Overall responsibility for energy, power vested in Prime Minister's office
May 14, 2002
Articles on economic concerns
The National Assembly approved legislation last Thursday that now concentrates on the decision-making process in the energy and electricity sectors in the Office of the Prime Minister and confirmed the role of the Guyana Energy Authority as the advisory and monitoring body.
The legislation - Energy Sector (Harmonisation of Laws) Bill 2002 - was piloted through its Second and Third Readings by Prime Minister Sam Hinds, who when he moved that it be read a second time explained that its provisions were based on a review of the 1956 Hydro-power Electricity Act and the Public Utility and Electricity Sector Reform Acts of 1999.
The review was carried out by an American firm, Sale and Webster, which was assisted by a team of local experts and most of their recommendations that were accepted were embodied in the bill, the others were the basis of the guidelines that were promulgated in November 2000.
The Prime Minister explained that apart from amending various sections of the existing legislation it also made it possible for the private generating companies to sell electricity to other private companies at rates, which did not require the approval of the Public Utilities Commission (PUC). It does not, however, remove the requirement for the PUC to approve rates to be charged to a public supplier by an independent supplier.
PPP/C backbencher, Odinga Lumumba, in supporting the bill explained that the legislation signalled to investors that there were no longer bottlenecks and that they could interact with the responsible minister who could issue an interim licence, which they could then use to raise capital.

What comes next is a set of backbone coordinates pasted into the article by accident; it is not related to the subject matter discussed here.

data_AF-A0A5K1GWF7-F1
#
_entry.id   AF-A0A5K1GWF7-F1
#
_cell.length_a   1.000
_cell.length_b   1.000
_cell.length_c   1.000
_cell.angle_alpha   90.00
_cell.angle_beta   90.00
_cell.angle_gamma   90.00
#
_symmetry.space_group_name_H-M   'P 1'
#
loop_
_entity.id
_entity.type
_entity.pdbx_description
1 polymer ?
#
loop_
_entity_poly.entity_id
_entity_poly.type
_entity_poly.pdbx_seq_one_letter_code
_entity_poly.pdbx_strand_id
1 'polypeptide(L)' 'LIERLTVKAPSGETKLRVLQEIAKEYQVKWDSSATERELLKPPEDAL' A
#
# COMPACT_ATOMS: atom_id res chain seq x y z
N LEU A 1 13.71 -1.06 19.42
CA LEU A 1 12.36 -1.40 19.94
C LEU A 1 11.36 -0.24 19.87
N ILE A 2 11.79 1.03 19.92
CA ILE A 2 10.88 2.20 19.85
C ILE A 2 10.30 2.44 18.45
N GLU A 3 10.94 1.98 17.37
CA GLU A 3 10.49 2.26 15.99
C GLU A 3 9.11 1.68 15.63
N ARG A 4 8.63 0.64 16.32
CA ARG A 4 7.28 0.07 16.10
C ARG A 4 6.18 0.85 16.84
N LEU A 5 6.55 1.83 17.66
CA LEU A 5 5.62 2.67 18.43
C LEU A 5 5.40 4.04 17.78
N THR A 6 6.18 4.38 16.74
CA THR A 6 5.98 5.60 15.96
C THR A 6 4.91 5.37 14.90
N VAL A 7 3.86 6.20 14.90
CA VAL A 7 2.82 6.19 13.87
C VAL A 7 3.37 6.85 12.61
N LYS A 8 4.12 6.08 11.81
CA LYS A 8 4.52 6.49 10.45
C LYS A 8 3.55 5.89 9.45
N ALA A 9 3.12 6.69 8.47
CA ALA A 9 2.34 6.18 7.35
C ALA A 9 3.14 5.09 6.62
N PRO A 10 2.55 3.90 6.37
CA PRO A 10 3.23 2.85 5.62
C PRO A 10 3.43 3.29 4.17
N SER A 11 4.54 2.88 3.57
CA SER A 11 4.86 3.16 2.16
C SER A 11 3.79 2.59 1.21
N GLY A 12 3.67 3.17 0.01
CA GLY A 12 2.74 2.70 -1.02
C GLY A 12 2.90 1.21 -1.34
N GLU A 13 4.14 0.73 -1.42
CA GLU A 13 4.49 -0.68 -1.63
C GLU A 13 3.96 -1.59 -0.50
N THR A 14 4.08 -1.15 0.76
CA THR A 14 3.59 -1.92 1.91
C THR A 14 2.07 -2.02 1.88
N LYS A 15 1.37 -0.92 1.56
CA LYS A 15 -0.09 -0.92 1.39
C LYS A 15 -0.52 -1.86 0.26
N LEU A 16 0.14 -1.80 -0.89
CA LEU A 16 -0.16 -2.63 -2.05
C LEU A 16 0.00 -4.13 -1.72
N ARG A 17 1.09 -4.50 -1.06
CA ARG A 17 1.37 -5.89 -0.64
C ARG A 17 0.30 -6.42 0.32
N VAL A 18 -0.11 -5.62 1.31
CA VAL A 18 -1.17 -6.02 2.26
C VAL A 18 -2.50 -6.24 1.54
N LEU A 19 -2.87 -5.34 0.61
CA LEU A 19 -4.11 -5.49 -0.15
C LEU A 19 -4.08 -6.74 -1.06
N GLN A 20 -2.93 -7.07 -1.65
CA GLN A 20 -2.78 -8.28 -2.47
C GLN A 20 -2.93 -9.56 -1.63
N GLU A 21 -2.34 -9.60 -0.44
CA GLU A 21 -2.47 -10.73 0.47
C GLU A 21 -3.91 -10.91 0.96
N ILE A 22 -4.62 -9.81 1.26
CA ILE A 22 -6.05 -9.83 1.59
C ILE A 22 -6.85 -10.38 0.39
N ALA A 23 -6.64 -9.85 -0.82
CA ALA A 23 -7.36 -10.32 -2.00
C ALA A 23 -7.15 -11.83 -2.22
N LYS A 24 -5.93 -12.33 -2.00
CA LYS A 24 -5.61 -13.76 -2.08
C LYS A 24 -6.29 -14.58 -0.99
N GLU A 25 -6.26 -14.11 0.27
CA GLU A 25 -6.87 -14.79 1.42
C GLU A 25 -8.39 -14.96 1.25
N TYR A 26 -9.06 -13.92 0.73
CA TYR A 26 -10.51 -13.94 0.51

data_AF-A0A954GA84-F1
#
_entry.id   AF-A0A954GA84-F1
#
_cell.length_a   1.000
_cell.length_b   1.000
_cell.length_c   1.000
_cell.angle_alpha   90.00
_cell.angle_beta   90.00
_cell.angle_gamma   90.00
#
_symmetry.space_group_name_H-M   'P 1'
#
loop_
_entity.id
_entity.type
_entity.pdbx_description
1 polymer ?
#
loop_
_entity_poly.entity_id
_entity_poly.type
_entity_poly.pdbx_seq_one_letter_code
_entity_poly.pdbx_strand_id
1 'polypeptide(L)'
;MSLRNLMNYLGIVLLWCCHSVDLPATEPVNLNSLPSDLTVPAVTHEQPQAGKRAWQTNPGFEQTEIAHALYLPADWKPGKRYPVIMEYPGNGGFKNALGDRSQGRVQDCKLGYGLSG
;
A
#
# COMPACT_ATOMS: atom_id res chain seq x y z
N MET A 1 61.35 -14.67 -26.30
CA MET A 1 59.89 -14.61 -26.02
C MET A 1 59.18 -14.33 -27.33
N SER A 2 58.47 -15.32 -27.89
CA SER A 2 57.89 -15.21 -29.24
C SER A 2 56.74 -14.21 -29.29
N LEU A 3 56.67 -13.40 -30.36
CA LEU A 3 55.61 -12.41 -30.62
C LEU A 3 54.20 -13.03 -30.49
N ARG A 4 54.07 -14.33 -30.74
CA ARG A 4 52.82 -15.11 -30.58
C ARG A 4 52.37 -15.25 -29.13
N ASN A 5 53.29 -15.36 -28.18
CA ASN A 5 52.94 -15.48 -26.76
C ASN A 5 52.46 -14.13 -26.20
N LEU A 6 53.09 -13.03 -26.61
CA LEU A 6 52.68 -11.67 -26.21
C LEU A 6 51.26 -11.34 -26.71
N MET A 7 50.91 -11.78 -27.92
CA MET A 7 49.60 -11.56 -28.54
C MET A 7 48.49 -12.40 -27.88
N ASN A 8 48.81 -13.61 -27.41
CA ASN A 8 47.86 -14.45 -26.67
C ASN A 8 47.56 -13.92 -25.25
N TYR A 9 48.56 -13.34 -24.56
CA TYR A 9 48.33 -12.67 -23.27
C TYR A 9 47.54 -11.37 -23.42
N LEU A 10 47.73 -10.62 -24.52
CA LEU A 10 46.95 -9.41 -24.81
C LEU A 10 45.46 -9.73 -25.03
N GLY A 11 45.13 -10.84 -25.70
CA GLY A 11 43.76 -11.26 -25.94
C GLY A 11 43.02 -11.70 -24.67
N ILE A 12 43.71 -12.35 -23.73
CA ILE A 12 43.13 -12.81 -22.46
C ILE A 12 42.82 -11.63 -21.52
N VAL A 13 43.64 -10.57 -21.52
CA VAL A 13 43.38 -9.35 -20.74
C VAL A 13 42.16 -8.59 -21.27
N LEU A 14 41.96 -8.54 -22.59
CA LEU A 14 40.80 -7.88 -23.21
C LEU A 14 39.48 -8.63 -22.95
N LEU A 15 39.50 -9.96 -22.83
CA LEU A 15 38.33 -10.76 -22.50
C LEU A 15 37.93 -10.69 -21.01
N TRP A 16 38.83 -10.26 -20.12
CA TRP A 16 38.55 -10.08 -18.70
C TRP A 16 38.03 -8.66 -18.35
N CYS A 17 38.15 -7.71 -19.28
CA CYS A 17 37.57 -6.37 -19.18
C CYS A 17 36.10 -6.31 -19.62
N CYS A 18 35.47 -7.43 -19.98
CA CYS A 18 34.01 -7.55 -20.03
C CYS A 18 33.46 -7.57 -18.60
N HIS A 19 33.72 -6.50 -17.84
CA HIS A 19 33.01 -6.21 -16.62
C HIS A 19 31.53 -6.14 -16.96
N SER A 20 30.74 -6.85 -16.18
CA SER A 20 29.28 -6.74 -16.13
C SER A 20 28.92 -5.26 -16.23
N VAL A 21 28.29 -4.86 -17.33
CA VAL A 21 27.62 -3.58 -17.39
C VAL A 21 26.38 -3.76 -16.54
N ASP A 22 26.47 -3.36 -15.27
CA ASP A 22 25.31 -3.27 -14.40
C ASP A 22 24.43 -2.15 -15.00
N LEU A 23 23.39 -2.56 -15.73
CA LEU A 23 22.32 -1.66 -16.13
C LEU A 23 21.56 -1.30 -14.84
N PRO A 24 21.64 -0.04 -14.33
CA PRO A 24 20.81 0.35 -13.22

With the clarification of its role as an advisory body, Lumumba said that the GEA would now be able to concentrate on the promotion and marketing of Guyana's potential in the sector in collaboration with the Private Sector Commission and Go-Invest.
GAP/WPA parliamentarian, Sheila Holder, the only opposition MP to speak in the debate, wanted to know the government's long-term plans for dealing with GPL's monopoly in the electricity sector.
She also expressed the concern that there was doubt in the public's mind about the element of transparency in the issue of licences but would be pleased if the provisions of the bill made transparency a reality.
Responding to Holder's concern about GPL's monopoly, the Prime Minister explained that normally where a monopoly existed there was a restriction on self-generation, but that the law allowed for anyone in Guyana to generate for themselves within the GPL area. Also, he said that from 2004, power generation would become competitive, a fact that GPL had to take account of. However, he noted that unlike many developed societies where there were separate arrangements for distribution, Guyana's infrastructure needed to be vastly improved to accommodate such an arrangement.
With regard to her concern about transparency, the Prime Minister pointed to the requirement in the procedure for issuing them - for all licences to be published in the Official Gazette.